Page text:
Castilian Spanish is the Spanish spoken by residents of Spain.
Although it’s the same language spoken in other parts of the world, Castilian Spanish features a distinct accent and slang.
If learning Castilian Spanish is a goal you’d like to achieve this year, here are a few tips to help you learn:
- Master the vosotros form: One of the most noticeable differences between Castilian Spanish and Latin American Spanish is the use of the second person plural form “vosotros“. Vosotros is commonly used in Castillian Spanish, whereas in Latin American countries the ustedes form is more popular. These two tenses have a completely different conjugation, which may become confusing for those who are accustomed to a particular dialect. The singular usted form is used by all Spanish speakers, which only makes things more complicated. So, anyone looking to learn Castilian Spanish should master the vosotros form to avoid confusion.
- Research the vocabulary and slang: Like any other dialect, Castillian Spanish has its own unique slang terms and vocabulary. Several words have a slightly different pronunciation or a different word entirely in Spain. A common example is the word for potato. In Spain, the word is patata, whereas in Latin America it’s called a papa. There are also different colloquial terms that are used in Spain, which are slightly different than other parts of the world. For instance, in Spain, most people refer to a car as coche, whereas in Latin America they might call it a carro or automovil. So if you are planning on learning Castillian Spanish, it’s important to get a grasp on these differing terms.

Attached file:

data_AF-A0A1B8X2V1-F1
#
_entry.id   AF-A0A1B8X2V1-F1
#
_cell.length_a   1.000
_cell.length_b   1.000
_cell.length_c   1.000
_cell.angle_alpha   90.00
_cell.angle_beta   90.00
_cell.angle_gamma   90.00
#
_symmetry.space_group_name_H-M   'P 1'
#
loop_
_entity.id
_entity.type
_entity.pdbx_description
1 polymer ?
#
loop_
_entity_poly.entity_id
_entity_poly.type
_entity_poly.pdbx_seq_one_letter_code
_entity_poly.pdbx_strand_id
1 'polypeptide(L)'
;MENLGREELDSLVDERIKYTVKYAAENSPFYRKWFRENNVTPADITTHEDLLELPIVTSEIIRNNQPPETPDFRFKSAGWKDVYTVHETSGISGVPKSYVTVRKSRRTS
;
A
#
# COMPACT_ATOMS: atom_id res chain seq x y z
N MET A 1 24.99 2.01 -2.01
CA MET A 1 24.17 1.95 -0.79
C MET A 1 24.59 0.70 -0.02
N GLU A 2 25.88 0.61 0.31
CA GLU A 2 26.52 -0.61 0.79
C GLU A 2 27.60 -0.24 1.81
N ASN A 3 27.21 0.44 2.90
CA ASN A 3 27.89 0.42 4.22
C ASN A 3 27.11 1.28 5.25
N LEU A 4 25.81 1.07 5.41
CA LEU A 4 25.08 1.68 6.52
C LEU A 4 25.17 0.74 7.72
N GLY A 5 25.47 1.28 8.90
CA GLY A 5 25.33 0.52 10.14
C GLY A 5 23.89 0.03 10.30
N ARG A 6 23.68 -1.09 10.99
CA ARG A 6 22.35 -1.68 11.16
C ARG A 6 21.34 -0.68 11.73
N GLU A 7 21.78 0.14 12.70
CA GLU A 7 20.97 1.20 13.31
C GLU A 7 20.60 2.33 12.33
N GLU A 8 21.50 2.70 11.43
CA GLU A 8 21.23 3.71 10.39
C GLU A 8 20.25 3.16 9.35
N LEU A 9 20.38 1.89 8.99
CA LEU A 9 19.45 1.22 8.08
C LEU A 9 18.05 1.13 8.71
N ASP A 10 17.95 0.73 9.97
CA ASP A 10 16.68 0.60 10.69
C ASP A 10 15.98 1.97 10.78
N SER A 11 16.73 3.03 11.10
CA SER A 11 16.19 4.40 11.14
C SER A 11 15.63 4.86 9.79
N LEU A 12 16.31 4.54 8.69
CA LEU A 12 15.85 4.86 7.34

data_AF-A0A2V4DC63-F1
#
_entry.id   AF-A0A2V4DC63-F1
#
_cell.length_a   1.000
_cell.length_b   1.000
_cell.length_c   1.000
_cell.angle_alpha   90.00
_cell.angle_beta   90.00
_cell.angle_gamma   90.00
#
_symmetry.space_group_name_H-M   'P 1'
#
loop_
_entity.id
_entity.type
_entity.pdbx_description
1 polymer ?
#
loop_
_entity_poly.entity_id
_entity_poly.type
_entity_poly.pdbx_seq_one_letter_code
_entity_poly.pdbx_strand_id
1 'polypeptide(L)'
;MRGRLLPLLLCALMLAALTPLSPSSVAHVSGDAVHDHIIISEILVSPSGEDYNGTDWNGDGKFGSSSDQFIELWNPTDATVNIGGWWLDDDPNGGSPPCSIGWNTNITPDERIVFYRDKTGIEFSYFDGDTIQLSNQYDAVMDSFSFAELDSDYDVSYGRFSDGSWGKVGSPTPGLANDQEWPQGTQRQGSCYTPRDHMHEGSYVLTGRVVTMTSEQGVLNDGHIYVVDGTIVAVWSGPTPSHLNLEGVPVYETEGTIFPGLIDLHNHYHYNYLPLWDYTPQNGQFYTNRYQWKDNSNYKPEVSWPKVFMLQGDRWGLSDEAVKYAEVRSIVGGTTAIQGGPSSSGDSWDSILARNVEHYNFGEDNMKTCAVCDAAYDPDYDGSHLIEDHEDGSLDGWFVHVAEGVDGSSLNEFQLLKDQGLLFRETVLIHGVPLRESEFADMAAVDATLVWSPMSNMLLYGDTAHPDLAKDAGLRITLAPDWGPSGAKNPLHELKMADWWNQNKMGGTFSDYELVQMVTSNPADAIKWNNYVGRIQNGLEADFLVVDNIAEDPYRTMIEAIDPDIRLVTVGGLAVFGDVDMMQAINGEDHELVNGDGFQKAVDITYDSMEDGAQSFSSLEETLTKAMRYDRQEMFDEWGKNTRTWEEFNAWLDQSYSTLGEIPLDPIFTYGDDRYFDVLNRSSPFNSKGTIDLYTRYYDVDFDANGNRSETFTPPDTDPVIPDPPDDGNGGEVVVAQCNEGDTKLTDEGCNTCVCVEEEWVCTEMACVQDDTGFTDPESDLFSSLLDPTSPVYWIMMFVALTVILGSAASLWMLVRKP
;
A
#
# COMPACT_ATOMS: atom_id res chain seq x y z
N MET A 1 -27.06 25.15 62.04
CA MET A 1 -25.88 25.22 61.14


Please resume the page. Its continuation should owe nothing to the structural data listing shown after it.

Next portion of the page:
- Work on your Ceceo (or lisp): One of the most noticeable differences between Castilian and Latin American Spanish is what is known as the Ceceo or lisp. Castilians pronounce certain syllables differently than their Latin American counterparts. In Castilian Spanish, c’s and z’s are pronounced with a soft sound closer to a “th” as in teeth. This is what is known as the Spanish lisp of the ceceo. So, words like bicicleta (bicycle), once (eleven), or cerveza (beer) are pronounced with a soft “th” sound. When learning Castiilian Spanish, it’s important to look out for this unique quirk.
- Understand Leismo: Leismo refers to the use of the indirect object pronoun le to replace the masculine direct object lo. According to the official dictionary of the Royal Spanish Academy, this usage is technically grammatically incorrect. But it’s commonly used by speakers of Castillian Spanish. Le is supposed to be reserved for inanimate objects without a gender. However, in Spain, the term is often used to refer to animate masculine objects. For example, in standard Spanish, the term ‘I see him’ would translate into ‘lo veo’. But in Castilian Spanish, you may hear someone say ‘le veo’. It’s a subtle difference, but it’s important to understand if you want to master the dialect.
- Hire a Tutor: If some of these distinctions become confusing and you are struggling to master the Castilian dialect, the best thing to do is to hire a tutor. Having an experienced teacher who can help you master the Spanish language and understand the idiosyncrasies of Castilian Spanish can help you learn in a fraction of the time it would take you on your own. Visit annaspanish.com if you want an experienced tutor who can have you speaking like a true Castilian in no time.